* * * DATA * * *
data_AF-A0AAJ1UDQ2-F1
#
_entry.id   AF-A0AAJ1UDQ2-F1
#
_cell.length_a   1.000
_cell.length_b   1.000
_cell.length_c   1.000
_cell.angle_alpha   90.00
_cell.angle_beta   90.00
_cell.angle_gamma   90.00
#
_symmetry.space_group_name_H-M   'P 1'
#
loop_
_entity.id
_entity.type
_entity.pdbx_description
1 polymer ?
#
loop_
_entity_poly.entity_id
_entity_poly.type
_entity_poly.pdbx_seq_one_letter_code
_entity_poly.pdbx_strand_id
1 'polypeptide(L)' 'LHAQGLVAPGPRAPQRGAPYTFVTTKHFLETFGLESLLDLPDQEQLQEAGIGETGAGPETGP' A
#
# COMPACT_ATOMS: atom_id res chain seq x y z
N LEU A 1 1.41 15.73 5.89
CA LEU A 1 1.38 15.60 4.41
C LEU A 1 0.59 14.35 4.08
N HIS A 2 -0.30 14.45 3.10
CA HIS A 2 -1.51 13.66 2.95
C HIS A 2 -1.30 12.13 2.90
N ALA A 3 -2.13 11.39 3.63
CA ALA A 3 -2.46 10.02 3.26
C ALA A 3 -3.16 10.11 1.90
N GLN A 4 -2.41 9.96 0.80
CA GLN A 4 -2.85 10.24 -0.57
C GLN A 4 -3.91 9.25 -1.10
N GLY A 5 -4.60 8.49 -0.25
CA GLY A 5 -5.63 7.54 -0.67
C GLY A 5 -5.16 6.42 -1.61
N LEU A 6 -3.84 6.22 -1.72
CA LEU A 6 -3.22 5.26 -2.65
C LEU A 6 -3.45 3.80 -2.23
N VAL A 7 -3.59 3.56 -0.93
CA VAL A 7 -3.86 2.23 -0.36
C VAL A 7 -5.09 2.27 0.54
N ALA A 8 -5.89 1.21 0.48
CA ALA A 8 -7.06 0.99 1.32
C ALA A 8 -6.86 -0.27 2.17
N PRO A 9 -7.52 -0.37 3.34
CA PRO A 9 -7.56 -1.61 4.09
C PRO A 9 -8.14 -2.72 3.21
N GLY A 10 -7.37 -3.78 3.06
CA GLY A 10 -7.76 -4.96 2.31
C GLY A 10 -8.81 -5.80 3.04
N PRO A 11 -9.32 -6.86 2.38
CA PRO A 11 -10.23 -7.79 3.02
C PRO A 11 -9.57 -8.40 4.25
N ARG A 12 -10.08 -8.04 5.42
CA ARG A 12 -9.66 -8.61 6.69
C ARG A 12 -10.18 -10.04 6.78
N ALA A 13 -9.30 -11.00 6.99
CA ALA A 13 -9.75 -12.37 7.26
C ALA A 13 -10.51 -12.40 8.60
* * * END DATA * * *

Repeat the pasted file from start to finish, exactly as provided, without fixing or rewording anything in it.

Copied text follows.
data_AF-A0AAJ1UDQ2-F1
#
_entry.id   AF-A0AAJ1UDQ2-F1
#
_cell.length_a   1.000
_cell.length_b   1.000
_cell.length_c   1.000
_cell.angle_alpha   90.00
_cell.angle_beta   90.00
_cell.angle_gamma   90.00
#
_symmetry.space_group_name_H-M   'P 1'
#
loop_
_entity.id
_entity.type
_entity.pdbx_description
1 polymer ?
#
loop_
_entity_poly.entity_id
_entity_poly.type
_entity_poly.pdbx_seq_one_letter_code
_entity_poly.pdbx_strand_id
1 'polypeptide(L)' 'LHAQGLVAPGPRAPQRGAPYTFVTTKHFLETFGLESLLDLPDQEQLQEAGIGETGAGPETGP' A
#
# COMPACT_ATOMS: atom_id res chain seq x y z
N LEU A 1 1.41 15.73 5.89
CA LEU A 1 1.38 15.60 4.41
C LEU A 1 0.59 14.35 4.08
N HIS A 2 -0.30 14.45 3.10
CA HIS A 2 -1.51 13.66 2.95
C HIS A 2 -1.30 12.13 2.90
N ALA A 3 -2.13 11.39 3.63
CA ALA A 3 -2.46 10.02 3.26
C ALA A 3 -3.16 10.11 1.90
N GLN A 4 -2.41 9.96 0.80
CA GLN A 4 -2.85 10.24 -0.57
C GLN A 4 -3.91 9.25 -1.10
N GLY A 5 -4.60 8.49 -0.25
CA GLY A 5 -5.63 7.54 -0.67
C GLY A 5 -5.16 6.42 -1.61
N LEU A 6 -3.84 6.22 -1.72
CA LEU A 6 -3.22 5.26 -2.65
C LEU A 6 -3.45 3.80 -2.23
N VAL A 7 -3.59 3.56 -0.93
CA VAL A 7 -3.86 2.23 -0.36
C VAL A 7 -5.09 2.27 0.54
N ALA A 8 -5.89 1.21 0.48
CA ALA A 8 -7.06 0.99 1.32
C ALA A 8 -6.86 -0.27 2.17
N PRO A 9 -7.52 -0.37 3.34
CA PRO A 9 -7.56 -1.61 4.09
C PRO A 9 -8.14 -2.72 3.21
N GLY A 10 -7.37 -3.78 3.06
CA GLY A 10 -7.76 -4.96 2.31
C GLY A 10 -8.81 -5.80 3.04
N PRO A 11 -9.32 -6.86 2.38
CA PRO A 11 -10.23 -7.79 3.02
C PRO A 11 -9.57 -8.40 4.25
N ARG A 12 -10.08 -8.04 5.42
CA ARG A 12 -9.66 -8.61 6.69
C ARG A 12 -10.18 -10.04 6.78
N ALA A 13 -9.30 -11.00 6.99
CA ALA A 13 -9.75 -12.37 7.26
C ALA A 13 -10.51 -12.40 8.60